Infographic: Andrea Angquist
As the sea ice melts, circumpolar shipping routes are not the only infrastructure poised to connect East and West through the Arctic. In June 2016, the first phase of construction began on a submarine fiber-optic cable to connect Alaska to Asia through the Arctic Ocean. Work this summer, which will take about three and a half months, will lay a cable 10 to 75 miles off Alaska’s coasts from Prudhoe Bay to Nome.
Phase two of the project will connect Alaska to Tokyo, and phase three will tie Alaska to Europe through London. While phase two and three still need to be financed and finalized, the main aim of phase one this summer is to deliver high-speed internet to Northern and Western Alaska. Construction will put conduits in place for connection between the main submarine fiber optic cable offshore to the communities of Barrow, Point Hope, and Oliktok Point. Conduits have already been installed in Nome, Kotzebue, and Wainwright.
Once completed, the fiber-optic cable is expected to provide much faster Internet service for communities around these areas. The fiber-optic Internet connection from the deep-sea cable will be available early next year to American Arctic communities, replacing the currently available, outdated satellite and microwave connections.
In addition to the deep-sea cable, the project will also include a terrestrial fiber-optic cable between Fairbanks and Prudhoe Bay, which will provide a fiber link between the Lower 48. This link, which will run under and over ground along the Dalton Highway, will be operational in early 2017.
Having access to affordable, reliable, and high speed Internet connection in Alaska means more than the ability to stream Netflix films and TV shows. Fiber-optic broadband will address critical needs for Arctic communities to support education, public safety, and healthcare services.
Nine out of 10 schools in Alaska do not have Internet speed of 1,000 kilobytes per second per student – a benchmark recently set by the Federal Communications Commission for in-school WIFI. In reality, 42 percent of public schools in Alaska cannot over their students even a tenth of that speed. When schools are able to purchase Internet connections, it is prohibitively expensive. Internet costs rural districts in Alaska an average of $163 per student, compared to just $6 per student in affluent urban schools. This lack of reliable and affordable is putting 21st Century education technology beyond the reach of America’s Arctic youth. Online curriculum, mobile technologies, open online courses, video conferencing, and distance education, all readily available in the Lower 48, is just an aspiration for rural, often Native, Alaskan communities.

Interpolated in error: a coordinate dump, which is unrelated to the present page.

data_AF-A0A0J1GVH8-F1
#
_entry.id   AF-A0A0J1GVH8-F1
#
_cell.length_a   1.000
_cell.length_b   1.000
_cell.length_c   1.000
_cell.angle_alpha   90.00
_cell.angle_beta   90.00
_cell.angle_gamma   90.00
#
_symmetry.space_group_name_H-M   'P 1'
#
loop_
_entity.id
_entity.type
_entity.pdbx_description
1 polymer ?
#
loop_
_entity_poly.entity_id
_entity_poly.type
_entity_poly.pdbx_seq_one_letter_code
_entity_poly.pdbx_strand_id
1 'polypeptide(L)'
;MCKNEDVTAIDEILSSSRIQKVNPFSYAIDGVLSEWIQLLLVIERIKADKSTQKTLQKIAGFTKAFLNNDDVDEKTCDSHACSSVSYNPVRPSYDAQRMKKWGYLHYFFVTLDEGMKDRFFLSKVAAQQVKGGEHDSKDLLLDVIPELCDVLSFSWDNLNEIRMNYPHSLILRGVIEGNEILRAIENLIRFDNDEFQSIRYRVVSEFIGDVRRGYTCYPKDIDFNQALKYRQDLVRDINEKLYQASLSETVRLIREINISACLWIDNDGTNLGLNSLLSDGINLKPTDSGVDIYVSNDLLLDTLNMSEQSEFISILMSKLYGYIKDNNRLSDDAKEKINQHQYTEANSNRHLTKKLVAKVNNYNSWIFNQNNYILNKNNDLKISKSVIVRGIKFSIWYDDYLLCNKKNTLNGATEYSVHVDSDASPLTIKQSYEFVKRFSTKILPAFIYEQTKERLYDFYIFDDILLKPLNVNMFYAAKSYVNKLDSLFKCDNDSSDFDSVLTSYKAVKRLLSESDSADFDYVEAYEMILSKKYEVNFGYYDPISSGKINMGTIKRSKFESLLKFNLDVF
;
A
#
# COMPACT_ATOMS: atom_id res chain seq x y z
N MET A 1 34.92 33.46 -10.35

Robust, high-speed broadband Internet connection also creates the foundational infrastructure that enables healthcare providers to improve the health of Alaskans regardless of where they live. A stronger Internet connection can help medical professional keep electronic medical or health records, perform digital x-rays, remote diagnosis, telemedicine, consult remotely, and exchange electronic health information security. Large areas of Alaska still do not have even rudimentary 911 (emergency) call-talking and dispatch services. Better broadband services will assist emergency management and 911 dispatch centers to better exchange information between those in need and those able to provide help.
Ultimately connecting Asia to North America through the Arctic will profit investors of the project, but it will also help Alaska’s local economy transform from a resource to knowledge based economy. According to Information and Communication Technologies, for each direct job created because of greater broadband technology, between 1.4 and 1.6 indirect and induced jobs are created. The drop in global oil prices, decline in Alaskan petroleum production, and net costs of climate change provides the chance to sustainably reinvent Alaska’s economy. Alaska must begin to invest in the commercialization of ideas in preparation for the not so distant future when resources can no longer support the wellbeing of its residents.
Taking advantage of the benefits of fiber-optic broadband Internet access in the year to come could spur more local economic innovation and augment the non-resource sectors of Alaska’s economy for a stronger, sustainable future.